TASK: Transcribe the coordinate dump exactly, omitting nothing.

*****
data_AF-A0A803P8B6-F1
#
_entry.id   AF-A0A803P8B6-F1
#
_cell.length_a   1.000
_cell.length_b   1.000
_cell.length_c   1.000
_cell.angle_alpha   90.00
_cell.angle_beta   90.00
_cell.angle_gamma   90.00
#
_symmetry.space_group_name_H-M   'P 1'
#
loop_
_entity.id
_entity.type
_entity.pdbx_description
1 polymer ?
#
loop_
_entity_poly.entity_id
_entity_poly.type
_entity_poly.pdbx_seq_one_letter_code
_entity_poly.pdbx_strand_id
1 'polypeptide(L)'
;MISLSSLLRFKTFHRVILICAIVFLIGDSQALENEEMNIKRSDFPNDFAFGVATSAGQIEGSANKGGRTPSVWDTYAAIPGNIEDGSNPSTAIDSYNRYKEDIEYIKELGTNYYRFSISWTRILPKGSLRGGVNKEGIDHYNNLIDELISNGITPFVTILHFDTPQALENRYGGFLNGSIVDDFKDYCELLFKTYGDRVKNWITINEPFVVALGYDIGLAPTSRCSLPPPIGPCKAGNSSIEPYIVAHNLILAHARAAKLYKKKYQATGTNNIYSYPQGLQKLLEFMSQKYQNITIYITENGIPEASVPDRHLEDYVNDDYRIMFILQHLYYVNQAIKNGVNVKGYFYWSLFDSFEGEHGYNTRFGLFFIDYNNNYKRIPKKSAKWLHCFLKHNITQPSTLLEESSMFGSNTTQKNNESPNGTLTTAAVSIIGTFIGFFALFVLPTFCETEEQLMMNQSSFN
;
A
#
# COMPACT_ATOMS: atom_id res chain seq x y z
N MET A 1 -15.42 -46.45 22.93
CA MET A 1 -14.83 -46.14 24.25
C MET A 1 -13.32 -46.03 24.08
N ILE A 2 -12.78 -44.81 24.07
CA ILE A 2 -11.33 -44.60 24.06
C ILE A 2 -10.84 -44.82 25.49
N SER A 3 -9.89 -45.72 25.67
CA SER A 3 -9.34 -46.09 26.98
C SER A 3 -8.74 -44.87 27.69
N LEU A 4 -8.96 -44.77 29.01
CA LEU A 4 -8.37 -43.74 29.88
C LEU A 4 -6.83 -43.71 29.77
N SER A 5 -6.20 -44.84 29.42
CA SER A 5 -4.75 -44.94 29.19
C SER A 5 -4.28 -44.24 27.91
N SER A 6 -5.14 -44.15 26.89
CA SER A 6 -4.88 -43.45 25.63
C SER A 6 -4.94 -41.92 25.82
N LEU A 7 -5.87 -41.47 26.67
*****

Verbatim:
data_AF-A0A803P8B6-F1
#
_entry.id   AF-A0A803P8B6-F1
#
_cell.length_a   1.000
_cell.length_b   1.000
_cell.length_c   1.000
_cell.angle_alpha   90.00
_cell.angle_beta   90.00
_cell.angle_gamma   90.00
#
_symmetry.space_group_name_H-M   'P 1'
#
loop_
_entity.id
_entity.type
_entity.pdbx_description
1 polymer ?
#
loop_
_entity_poly.entity_id
_entity_poly.type
_entity_poly.pdbx_seq_one_letter_code
_entity_poly.pdbx_strand_id
1 'polypeptide(L)'
;MISLSSLLRFKTFHRVILICAIVFLIGDSQALENEEMNIKRSDFPNDFAFGVATSAGQIEGSANKGGRTPSVWDTYAAIPGNIEDGSNPSTAIDSYNRYKEDIEYIKELGTNYYRFSISWTRILPKGSLRGGVNKEGIDHYNNLIDELISNGITPFVTILHFDTPQALENRYGGFLNGSIVDDFKDYCELLFKTYGDRVKNWITINEPFVVALGYDIGLAPTSRCSLPPPIGPCKAGNSSIEPYIVAHNLILAHARAAKLYKKKYQATGTNNIYSYPQGLQKLLEFMSQKYQNITIYITENGIPEASVPDRHLEDYVNDDYRIMFILQHLYYVNQAIKNGVNVKGYFYWSLFDSFEGEHGYNTRFGLFFIDYNNNYKRIPKKSAKWLHCFLKHNITQPSTLLEESSMFGSNTTQKNNESPNGTLTTAAVSIIGTFIGFFALFVLPTFCETEEQLMMNQSSFN
;
A
#
# COMPACT_ATOMS: atom_id res chain seq x y z
N MET A 1 -15.42 -46.45 22.93
CA MET A 1 -14.83 -46.14 24.25
C MET A 1 -13.32 -46.03 24.08
N ILE A 2 -12.78 -44.81 24.07
CA ILE A 2 -11.33 -44.60 24.06
C ILE A 2 -10.84 -44.82 25.49
N SER A 3 -9.89 -45.72 25.67
CA SER A 3 -9.34 -46.09 26.98
C SER A 3 -8.74 -44.87 27.69
N LEU A 4 -8.96 -44.77 29.01
CA LEU A 4 -8.37 -43.74 29.88
C LEU A 4 -6.83 -43.71 29.77
N SER A 5 -6.20 -44.84 29.42
CA SER A 5 -4.75 -44.94 29.19
C SER A 5 -4.28 -44.24 27.91
N SER A 6 -5.14 -44.15 26.89
CA SER A 6 -4.88 -43.45 25.63
C SER A 6 -4.94 -41.92 25.82
N LEU A 7 -5.87 -41.47 26.67